All of these questions—and many more—may be addressed in your editorial letter. Your editor will let you know what’s working, what’s not yet working, and how you can make the book “hang together” better. Then, the ball will be in your court—it’ll be up to you to revise, revise, revise.

There are many qualities to look for as you choose your developmental editor. The developmental editor has a deeper impact on the shape and form of the book than the editors who follow, so you’ll want someone who shares your vision for the project, topic and/or story. Make sure he or she has worked on your specific genre before (especially someone who’s worked on fiction, if you’re writing a novel), and that she’s familiar with the already-successful books that will be sitting next to yours on the shelf.

Finally, it’s especially important for you to like and get along with your developmental editor. While your technical editors may feel like strangers even after the project is complete, you’re likely to be spending a certain amount of time with your developmental editor. Great chemistry and mutual respect will keep the process fun and pain-free.

The Line-Editor

Once the structure and form of the book are set and ready, and all the scenes and/or information are exactly where you want them to be, it’s time for the next type of editor to enter stage left. We’re talking the line editor. The one who will pick up his red pencil (so to speak—most editing happens electronically these days) and get to work on the words themselves.

While line editing is often mixed up with copyediting or proofreading, the truth is that these are very different types of editing requiring very different skill sets. Copyediting and proofreading—which we’ll go into in depth below—are the technical phases of the editorial process. Line-editing, on the other hand, is still part of the “content” phase. In other words, it’s concerned with the art of the words more than the technical details.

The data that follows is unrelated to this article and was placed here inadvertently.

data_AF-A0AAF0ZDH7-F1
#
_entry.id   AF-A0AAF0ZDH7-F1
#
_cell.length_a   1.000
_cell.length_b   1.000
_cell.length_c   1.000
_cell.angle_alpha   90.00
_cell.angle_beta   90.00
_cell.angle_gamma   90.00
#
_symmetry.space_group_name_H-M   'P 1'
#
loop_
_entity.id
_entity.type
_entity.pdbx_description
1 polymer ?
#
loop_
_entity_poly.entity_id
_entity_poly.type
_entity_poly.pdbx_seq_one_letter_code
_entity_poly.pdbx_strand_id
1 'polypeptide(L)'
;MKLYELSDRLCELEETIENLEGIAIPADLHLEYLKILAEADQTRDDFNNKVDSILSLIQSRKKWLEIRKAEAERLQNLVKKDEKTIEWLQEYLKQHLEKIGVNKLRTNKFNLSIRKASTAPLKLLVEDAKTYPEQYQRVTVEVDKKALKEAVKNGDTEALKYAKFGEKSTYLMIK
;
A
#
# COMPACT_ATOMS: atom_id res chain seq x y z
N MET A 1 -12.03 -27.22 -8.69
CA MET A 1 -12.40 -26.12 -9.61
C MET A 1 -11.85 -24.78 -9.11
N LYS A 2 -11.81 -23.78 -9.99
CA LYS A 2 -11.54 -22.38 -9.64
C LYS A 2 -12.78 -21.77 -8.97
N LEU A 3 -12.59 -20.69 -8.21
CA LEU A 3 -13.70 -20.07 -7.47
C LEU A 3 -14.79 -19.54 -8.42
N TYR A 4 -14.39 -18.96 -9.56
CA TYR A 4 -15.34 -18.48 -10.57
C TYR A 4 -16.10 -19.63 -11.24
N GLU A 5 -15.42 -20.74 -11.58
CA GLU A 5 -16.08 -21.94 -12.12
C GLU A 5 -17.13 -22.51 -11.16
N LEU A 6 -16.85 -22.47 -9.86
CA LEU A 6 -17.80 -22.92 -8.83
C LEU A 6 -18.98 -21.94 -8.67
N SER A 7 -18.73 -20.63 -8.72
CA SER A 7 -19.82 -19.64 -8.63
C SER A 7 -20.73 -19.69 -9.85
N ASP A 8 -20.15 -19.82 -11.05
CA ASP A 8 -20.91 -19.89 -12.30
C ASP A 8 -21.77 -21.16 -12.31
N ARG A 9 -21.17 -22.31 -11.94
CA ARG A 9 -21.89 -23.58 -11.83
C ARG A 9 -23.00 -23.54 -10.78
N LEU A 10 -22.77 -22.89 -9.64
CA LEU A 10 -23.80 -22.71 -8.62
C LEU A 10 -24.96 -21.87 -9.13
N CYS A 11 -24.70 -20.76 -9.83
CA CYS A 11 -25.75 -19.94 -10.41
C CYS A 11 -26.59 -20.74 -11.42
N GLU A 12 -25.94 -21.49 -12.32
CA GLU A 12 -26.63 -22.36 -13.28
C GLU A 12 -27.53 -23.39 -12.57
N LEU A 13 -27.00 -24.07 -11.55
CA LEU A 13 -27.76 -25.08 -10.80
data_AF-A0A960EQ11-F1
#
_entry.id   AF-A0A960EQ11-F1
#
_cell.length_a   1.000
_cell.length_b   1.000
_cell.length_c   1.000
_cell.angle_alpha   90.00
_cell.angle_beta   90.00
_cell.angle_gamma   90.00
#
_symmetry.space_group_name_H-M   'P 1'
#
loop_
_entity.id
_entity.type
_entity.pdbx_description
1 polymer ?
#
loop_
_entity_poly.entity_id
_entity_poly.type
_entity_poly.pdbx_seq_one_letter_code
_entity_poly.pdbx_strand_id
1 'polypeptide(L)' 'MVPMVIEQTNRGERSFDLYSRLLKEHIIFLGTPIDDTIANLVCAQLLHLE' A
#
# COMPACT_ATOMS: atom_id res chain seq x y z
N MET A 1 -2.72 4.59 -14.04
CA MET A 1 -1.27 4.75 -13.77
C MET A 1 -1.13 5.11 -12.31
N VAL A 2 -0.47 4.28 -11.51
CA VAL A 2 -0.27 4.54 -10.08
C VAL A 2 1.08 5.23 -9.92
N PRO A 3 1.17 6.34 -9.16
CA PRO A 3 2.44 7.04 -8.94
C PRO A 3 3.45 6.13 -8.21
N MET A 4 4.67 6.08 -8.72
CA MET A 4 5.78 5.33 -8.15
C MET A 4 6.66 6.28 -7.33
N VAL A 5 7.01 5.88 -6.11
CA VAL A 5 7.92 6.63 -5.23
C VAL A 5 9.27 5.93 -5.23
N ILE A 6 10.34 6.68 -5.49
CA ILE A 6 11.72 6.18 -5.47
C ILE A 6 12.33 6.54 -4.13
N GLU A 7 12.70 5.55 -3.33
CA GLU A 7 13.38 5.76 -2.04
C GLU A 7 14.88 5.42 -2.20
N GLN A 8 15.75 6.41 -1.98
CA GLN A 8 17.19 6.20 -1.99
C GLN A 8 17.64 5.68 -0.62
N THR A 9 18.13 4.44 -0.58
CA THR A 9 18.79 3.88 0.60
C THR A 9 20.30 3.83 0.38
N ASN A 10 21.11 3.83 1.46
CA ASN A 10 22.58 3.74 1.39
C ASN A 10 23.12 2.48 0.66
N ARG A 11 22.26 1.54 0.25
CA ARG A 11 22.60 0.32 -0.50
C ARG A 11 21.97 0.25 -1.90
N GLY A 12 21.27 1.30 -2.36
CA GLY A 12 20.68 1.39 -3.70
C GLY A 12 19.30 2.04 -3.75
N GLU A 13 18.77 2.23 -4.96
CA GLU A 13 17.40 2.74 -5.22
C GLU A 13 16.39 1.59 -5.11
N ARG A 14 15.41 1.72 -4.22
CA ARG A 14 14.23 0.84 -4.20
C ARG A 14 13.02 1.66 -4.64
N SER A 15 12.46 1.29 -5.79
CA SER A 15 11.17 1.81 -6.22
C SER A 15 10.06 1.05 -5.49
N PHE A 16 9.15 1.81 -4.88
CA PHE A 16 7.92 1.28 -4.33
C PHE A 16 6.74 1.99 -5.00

At the line-editing phase, your editor is going to dive into the line-by-lineof your manuscript, looking to improve such ephemeral qualities as “clarity,” “flow” and “prettiness” (that’s a technical term). Questions your editor is asking at this stage:

  • Is there a better, more straightforward way to say this?
  • Are the sentences here too long—or too short?
  • Do I get stopped by an awkward word or phrase? If so, how can I fix it?
  • Are there more words here than necessary? What might I cut, to increase the efficiency of this sentence while maintaining or even improving the artistic expression?
  • Would this sentence go better in the previous paragraph, or the one that follows?

As you can see, the main focus here is not on grammar, per se. While your line editor isn’t going to leave an obvious typo or superfluous comma hanging out on the page, the technicalities are not his primary focus. He’s looking to improve the reading experience more than anything else.